When Zero Was Banned From Britain’s Roulette Tables
If you play roulette online then you’ll have already encountered many different variants of the casino classic.
You can probably reel them off like Bubba’s shrimp recipes in Forrest Gump: there’s French roulette, European roulette, American roulette, Age of the Gods bonus roulette, Lightning Roulette…
But have you heard of British roulette? Didn’t think so.
What is British Roulette?
British Roulette is very similar to European Roulette, but with one key difference: there is no zero. Whereas American Roulette adds an additional zero (the double zero) to increase the house edge, British Roulette does the opposite.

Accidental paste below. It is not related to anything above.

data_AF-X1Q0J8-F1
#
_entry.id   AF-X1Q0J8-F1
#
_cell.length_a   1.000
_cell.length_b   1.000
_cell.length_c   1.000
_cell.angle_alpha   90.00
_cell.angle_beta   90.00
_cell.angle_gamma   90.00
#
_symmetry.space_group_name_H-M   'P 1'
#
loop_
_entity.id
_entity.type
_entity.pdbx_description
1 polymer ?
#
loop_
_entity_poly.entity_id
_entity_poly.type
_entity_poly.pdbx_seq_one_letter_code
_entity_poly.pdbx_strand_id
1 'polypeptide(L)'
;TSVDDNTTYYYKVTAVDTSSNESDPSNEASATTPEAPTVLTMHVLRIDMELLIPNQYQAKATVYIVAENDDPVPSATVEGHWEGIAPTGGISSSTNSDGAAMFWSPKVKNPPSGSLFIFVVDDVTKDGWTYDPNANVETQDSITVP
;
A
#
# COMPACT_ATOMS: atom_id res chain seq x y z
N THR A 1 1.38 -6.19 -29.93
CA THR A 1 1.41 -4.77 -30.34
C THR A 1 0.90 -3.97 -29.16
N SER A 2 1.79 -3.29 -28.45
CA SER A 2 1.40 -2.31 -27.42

In 1967, the House of Lords ruled that the zero pocket was illegal under British gaming laws. Removing the zero of course removed the house edge, meaning that wagers placed on red or black, odd or even and high or low numbers had exactly even odds.
The result was that the Metropolitan Police sent officers into casinos to look for wheels still using the illegal zero. This helped to create British Roulette. So why haven’t you heard of it before?
Well, British Roulette was short-lived. In 1968, new legislation was introduced to gaming regulations that explicitly allowed the zero pocket in roulette wheels. This brought back the house edge to roulette games, which would have otherwise likely died off in the UK, and relegated British roulette to a quirky footnote of history.